Tourette syndrome is a condition that causes patients to make involuntary sounds or repetitive movements they have trouble controlling. Some common tics or movements associated with this condition include blinking the eyes, shrugging the shoulders, making loud sounds, or saying offensive words. The first tics usually begin between two and fifteen years old, with six years old being the average age of onset.
While the condition doesn't have a cure, there are multiple available treatments. Many patients don't require treatment if their symptoms don't cause problems. Tics often become more easily controlled and less severe after the teen years. The main symptoms of Tourette syndrome are tics that vary in severity. There are simple and complex tics, and tics may be muscle-related or vocal.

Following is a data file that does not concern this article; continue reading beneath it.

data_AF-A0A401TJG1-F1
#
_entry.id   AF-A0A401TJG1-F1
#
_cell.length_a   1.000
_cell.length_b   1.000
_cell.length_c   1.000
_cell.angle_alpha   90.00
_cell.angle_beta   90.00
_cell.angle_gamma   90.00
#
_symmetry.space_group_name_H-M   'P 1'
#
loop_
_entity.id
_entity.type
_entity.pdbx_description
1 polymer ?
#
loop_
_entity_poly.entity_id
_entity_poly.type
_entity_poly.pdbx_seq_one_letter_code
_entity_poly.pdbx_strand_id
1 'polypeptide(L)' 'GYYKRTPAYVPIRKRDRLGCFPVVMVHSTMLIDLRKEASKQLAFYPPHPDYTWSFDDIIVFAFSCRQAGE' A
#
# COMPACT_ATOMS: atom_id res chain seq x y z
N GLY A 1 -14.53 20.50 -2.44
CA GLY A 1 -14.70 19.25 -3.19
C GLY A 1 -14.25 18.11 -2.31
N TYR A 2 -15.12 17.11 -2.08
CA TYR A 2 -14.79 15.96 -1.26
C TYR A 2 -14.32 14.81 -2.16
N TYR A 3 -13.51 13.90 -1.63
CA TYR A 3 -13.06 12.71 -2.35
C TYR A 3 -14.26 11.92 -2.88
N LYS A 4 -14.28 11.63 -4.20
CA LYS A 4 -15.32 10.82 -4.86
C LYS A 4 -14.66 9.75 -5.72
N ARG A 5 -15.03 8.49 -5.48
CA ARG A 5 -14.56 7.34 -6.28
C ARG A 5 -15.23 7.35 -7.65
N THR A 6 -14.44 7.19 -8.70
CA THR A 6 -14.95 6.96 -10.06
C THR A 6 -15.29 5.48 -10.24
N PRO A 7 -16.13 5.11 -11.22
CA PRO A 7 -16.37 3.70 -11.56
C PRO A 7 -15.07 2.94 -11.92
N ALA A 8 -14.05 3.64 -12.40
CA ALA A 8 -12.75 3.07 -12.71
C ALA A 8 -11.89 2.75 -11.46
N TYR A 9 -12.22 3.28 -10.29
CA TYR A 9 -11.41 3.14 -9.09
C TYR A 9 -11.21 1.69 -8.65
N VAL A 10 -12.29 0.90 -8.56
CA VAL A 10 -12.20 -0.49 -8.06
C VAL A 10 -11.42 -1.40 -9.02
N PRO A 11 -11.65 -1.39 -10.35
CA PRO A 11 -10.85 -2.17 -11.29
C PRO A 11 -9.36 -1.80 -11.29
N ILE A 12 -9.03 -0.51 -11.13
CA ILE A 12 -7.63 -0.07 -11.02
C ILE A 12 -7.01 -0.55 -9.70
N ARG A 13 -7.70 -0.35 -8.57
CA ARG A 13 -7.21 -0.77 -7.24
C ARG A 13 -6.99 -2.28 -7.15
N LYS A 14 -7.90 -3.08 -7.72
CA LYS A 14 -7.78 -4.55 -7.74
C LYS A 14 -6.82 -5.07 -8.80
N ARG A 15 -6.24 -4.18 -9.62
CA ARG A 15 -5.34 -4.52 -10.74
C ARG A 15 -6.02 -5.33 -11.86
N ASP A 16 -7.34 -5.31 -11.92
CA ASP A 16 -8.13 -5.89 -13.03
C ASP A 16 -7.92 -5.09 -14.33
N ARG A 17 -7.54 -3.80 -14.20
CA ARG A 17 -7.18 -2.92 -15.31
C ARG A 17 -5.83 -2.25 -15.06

Certain types of psychotherapy can be effective in helping patients manage the severity and frequency of tics. One technique is called comprehensive behavioral intervention for tics, commonly abbreviated CBIT. In the past, the only method of treating Tourette syndrome was through the use of medication. However, recently published research has shown psychotherapy can also be helpful. While there isn't a thorough understanding of what exactly causes Tourette syndrome, these studies imply the brain can be shaped by environmental stimuli as well as medication.
Comprehensive behavioral intervention for tics was first researched and developed in 2001. CBIT programs utilize three important components. First, they teach the patient to be aware of their tics. They then teach patients to engage in competing or alternate behavior when the urge to tic arises. Third, the medical professionals work with the patient and their family to make changes to their day-to-day life and environment to reduce tics.